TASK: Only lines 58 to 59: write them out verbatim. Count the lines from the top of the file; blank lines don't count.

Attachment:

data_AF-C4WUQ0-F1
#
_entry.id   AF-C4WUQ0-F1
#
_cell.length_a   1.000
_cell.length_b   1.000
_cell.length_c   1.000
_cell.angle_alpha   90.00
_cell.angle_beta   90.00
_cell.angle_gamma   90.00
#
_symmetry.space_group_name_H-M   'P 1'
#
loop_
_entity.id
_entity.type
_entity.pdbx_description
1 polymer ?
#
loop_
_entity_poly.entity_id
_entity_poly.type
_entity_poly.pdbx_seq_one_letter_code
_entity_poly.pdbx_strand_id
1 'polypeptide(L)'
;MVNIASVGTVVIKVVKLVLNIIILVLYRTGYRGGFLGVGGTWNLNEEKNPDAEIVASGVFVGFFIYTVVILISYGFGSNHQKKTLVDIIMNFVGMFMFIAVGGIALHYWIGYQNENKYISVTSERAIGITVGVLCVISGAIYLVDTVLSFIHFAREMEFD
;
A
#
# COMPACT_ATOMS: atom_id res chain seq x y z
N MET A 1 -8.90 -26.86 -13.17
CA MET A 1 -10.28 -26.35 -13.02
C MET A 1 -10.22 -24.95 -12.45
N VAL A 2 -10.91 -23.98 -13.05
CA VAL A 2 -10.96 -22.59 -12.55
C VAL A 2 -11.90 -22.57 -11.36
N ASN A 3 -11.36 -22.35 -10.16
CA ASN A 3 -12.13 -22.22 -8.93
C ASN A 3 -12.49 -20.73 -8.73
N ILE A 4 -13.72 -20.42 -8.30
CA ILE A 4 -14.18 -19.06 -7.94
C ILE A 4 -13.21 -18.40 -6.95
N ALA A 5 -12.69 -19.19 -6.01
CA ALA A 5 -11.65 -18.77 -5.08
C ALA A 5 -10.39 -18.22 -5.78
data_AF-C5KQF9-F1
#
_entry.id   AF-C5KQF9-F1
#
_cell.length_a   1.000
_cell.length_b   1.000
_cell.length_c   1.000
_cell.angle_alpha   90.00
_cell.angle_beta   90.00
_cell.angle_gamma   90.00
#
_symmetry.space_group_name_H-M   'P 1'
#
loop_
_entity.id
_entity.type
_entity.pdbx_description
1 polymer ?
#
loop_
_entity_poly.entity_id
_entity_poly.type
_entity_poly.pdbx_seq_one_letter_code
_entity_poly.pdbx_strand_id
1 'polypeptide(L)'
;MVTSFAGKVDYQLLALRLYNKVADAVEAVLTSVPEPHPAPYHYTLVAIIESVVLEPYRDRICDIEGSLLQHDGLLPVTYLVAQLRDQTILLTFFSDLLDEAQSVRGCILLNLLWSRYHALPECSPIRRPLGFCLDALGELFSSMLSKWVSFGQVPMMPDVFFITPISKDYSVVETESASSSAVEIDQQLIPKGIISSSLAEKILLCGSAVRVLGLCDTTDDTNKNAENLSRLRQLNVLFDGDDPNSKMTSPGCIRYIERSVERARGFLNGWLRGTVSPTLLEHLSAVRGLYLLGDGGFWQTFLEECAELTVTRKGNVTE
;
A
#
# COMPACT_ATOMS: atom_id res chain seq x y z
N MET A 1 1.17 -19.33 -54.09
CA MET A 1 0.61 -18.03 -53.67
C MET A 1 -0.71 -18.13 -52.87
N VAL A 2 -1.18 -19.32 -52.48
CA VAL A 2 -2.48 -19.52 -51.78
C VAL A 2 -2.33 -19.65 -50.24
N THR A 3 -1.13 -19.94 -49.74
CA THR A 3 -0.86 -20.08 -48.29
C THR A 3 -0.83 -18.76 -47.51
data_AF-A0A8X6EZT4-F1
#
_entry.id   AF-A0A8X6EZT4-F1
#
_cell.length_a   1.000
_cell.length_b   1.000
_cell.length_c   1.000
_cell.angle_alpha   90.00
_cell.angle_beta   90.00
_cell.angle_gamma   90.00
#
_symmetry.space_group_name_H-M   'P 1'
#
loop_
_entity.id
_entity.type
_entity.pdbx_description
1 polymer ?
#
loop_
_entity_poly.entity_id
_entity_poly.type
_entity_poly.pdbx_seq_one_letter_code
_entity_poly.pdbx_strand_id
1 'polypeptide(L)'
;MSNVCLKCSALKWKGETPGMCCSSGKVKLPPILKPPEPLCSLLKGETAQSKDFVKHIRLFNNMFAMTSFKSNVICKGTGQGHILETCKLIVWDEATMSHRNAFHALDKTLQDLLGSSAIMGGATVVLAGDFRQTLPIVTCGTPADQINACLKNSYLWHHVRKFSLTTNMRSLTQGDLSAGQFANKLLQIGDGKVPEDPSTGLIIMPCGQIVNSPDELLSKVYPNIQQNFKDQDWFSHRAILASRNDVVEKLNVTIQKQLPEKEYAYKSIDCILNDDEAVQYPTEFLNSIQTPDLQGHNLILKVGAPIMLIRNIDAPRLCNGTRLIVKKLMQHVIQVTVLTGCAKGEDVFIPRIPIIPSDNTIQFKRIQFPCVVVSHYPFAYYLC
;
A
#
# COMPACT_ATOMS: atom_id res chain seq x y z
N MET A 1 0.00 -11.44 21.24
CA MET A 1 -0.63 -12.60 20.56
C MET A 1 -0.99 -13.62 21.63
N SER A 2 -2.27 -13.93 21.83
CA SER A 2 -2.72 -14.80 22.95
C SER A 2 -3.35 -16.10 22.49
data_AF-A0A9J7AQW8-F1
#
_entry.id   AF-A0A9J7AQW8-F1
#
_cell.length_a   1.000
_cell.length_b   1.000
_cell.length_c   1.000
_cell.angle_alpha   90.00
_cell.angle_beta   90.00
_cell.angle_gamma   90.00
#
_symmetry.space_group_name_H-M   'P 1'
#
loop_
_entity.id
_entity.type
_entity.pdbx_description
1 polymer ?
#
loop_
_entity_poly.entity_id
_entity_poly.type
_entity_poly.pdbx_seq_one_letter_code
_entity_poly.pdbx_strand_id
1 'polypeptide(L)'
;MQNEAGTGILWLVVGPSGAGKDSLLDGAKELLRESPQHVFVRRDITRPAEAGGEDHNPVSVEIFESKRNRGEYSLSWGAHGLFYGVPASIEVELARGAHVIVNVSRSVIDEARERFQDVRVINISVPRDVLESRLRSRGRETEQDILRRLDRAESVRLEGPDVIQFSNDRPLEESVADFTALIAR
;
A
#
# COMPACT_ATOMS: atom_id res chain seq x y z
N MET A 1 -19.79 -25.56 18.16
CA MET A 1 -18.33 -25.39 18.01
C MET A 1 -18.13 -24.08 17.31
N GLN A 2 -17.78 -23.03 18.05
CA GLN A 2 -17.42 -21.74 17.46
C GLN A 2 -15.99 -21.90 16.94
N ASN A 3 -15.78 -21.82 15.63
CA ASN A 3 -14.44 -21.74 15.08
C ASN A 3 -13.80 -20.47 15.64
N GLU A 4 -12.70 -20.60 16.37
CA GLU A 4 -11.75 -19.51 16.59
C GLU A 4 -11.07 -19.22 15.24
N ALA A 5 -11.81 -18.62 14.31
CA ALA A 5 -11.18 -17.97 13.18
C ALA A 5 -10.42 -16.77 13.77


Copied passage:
#
loop_